Often people need to grieve over this, really. It can be traumatic, especially if it’s your first redundancy. If it helps you get through, let it be personal – but no more than a few days, allow yourself to go through the range of emotions, feel sad, feel angry, vent to someone who will listen (but will NOT collude with you). Don’t hold it in and don’t make it a blame game – that will bring in more “players” and even harder to work on.
Note: if it feels insurmountable and you are absolutely devastated, make sure you talk to others; family, friends, Doctor or therapist. This is serious stuff, do not hold it in and pretend you are ok, or let it overwhelm you. This is not just about getting a job; this is also about your health. Your mental health is just the same as your physical health, if you have a broken tooth, you go to the dentist you don’t ‘wait it out’ or do it yourself.
There will be some who look forward to redundancy – they didn’t like the job or they wanted something different plus they get a payout, but they too need to get the emotion out. Everyone will get affected somehow, until you have had a couple goes at redundancy and you learn how to handle it.
Keep heart, maintain your confidence, your self-esteem and your self-respect. Ok, so you have re-composed yourself and you acknowledge it is not personal. Now you need to move on and start things happening.
2- Don’t get stuck on it, get into action
Ok, you have let yourself grieve and let your emotions get cleared. If you still feel shocked or angry or rejected or any of a whole lot of other negative emotions, maybe even a bunch of them at the same time you need to go back and work through these or move them out of the way – from now on they add no value. Neither will pondering, reviewing, second guessing or going through a lot of “what-ifs”. These feelings and actions will just put you into a loop – or spiral down i.e. they will get you stuck.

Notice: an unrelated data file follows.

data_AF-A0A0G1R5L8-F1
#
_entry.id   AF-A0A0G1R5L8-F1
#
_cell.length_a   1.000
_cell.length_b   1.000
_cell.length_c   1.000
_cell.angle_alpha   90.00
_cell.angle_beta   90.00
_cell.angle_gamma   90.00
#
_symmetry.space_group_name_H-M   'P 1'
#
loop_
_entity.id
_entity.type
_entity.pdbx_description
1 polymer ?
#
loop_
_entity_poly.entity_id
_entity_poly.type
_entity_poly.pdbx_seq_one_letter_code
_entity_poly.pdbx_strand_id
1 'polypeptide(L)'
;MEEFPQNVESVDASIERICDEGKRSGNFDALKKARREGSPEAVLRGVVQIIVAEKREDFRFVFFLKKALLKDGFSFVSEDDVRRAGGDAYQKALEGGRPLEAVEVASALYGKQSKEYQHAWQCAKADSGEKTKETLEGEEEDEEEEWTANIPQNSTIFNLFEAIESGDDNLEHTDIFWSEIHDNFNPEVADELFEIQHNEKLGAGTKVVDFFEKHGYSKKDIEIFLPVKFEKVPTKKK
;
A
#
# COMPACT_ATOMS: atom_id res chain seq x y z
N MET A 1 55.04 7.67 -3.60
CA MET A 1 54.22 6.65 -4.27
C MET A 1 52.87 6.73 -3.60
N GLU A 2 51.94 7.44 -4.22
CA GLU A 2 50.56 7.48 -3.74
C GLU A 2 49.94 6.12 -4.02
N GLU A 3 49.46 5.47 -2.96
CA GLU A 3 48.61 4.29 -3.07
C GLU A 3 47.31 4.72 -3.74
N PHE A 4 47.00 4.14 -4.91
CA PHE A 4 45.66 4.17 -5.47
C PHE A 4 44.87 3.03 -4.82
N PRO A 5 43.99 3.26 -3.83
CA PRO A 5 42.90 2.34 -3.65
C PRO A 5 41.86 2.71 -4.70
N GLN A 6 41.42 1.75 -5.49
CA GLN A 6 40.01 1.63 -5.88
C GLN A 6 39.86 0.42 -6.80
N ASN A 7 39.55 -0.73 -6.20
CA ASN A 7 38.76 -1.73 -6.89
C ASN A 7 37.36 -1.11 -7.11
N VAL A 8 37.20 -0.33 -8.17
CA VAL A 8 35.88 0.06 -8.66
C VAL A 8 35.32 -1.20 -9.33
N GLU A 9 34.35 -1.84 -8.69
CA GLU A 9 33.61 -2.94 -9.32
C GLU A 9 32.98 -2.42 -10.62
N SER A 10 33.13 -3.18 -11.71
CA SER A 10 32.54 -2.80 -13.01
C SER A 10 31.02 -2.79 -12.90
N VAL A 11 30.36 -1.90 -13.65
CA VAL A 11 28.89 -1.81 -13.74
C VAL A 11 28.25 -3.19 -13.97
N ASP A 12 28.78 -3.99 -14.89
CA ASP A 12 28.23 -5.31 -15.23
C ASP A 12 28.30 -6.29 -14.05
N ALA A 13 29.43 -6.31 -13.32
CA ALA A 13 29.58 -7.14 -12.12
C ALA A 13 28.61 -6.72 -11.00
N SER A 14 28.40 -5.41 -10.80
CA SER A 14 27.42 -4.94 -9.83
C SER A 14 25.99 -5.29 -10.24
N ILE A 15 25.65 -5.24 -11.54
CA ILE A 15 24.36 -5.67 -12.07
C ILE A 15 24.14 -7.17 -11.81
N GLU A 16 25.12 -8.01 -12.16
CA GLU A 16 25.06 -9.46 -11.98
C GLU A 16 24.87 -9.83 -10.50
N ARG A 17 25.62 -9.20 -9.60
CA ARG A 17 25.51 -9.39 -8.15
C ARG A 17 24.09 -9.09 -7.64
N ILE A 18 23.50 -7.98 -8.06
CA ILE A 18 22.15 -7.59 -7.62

Of course you may not like it, but this is not about trying to like it or even agree with it, it is about you changing the outcome. No-one else can do it.
Once you accept what happened, you are in a better state of mind to see clearly where you are, where you want to be and can start to plan on an action to get there. The trick is to start this process sooner rather than later. Trust me, days become weeks and weeks become months very quickly if you are not doing something about it – now.
So, what immediate actions can you take:
- Firstly – you need to be in the right head space. Don’t wake up at noon and walk around in your PJs saying you’ll get onto it. This makes doing anything harder. Get up at a reasonable hour, do all the prep you would as if you were going to work. Now we can start…
- Review and list your skills, experience and attitude. You may not even realise the breadth of skills and experience you have. And your attitude to this current situation and any potential role will be important to an employer. Review job websites to see how others have listed their skills and how employers list their requirements, use anything to increase your skills list – there is a BIG caveat here, be honest with yourself, trumped up skills and experiences will likely be found out and will not go down well.
- Sit and think about what you WANT as a job. This is not a time to go silly and pick your ideal dream job, its about being realistic yet flexible. Its about finding a range of jobs you would like to do – open yourself up to other opportunities e.g. new industry, new role, new location.
- Your employer should have offered you the contact details of an outplacement service. Make the most of it, listen to what they say, share your Resume/CV with them, they can help make it current/presentable. They may even help with interview rehearsals. Remember, leave the ego at home, this is not about “looking good” or knowing it all, it is about being honest, listening and learning. Some people are cynical about outplacement but it is free and the providers are dedicated experts so make the most of your time with them.
- If nothing else, review the internet for advice and suggestions on getting a job. For example, review SEEK or CareerOne, etc. they can be really helpful with information on cover letters, resumes, interviews, etc and it will all be for free.